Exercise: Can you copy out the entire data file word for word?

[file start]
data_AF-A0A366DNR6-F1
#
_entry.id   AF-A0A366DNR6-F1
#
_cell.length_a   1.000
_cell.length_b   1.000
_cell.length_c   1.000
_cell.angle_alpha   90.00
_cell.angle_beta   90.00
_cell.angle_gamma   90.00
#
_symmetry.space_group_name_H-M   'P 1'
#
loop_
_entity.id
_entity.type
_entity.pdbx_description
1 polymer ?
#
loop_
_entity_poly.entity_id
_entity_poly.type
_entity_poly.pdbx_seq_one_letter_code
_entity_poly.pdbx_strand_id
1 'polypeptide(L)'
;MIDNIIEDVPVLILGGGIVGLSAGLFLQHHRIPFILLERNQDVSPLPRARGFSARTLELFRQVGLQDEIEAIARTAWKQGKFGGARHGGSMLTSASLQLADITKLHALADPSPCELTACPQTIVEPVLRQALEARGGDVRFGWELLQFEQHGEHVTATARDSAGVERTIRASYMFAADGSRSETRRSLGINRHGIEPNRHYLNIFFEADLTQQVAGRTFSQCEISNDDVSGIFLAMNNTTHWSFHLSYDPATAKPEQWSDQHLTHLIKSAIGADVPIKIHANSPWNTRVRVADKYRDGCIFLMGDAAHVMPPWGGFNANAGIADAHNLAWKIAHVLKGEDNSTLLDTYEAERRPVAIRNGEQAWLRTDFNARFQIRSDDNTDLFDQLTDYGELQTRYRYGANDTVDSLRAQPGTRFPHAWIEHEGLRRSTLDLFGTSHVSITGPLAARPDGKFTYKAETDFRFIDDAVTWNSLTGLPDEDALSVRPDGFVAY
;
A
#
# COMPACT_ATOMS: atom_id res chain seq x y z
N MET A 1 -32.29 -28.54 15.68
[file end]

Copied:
data_AF-A0A366DNR6-F1
#
_entry.id   AF-A0A366DNR6-F1
#
_cell.length_a   1.000
_cell.length_b   1.000
_cell.length_c   1.000
_cell.angle_alpha   90.00
_cell.angle_beta   90.00
_cell.angle_gamma   90.00
#
_symmetry.space_group_name_H-M   'P 1'
#
loop_
_entity.id
_entity.type
_entity.pdbx_description
1 polymer ?
#
loop_
_entity_poly.entity_id
_entity_poly.type
_entity_poly.pdbx_seq_one_letter_code
_entity_poly.pdbx_strand_id
1 'polypeptide(L)'
;MIDNIIEDVPVLILGGGIVGLSAGLFLQHHRIPFILLERNQDVSPLPRARGFSARTLELFRQVGLQDEIEAIARTAWKQGKFGGARHGGSMLTSASLQLADITKLHALADPSPCELTACPQTIVEPVLRQALEARGGDVRFGWELLQFEQHGEHVTATARDSAGVERTIRASYMFAADGSRSETRRSLGINRHGIEPNRHYLNIFFEADLTQQVAGRTFSQCEISNDDVSGIFLAMNNTTHWSFHLSYDPATAKPEQWSDQHLTHLIKSAIGADVPIKIHANSPWNTRVRVADKYRDGCIFLMGDAAHVMPPWGGFNANAGIADAHNLAWKIAHVLKGEDNSTLLDTYEAERRPVAIRNGEQAWLRTDFNARFQIRSDDNTDLFDQLTDYGELQTRYRYGANDTVDSLRAQPGTRFPHAWIEHEGLRRSTLDLFGTSHVSITGPLAARPDGKFTYKAETDFRFIDDAVTWNSLTGLPDEDALSVRPDGFVAY
;
A
#
# COMPACT_ATOMS: atom_id res chain seq x y z
N MET A 1 -32.29 -28.54 15.68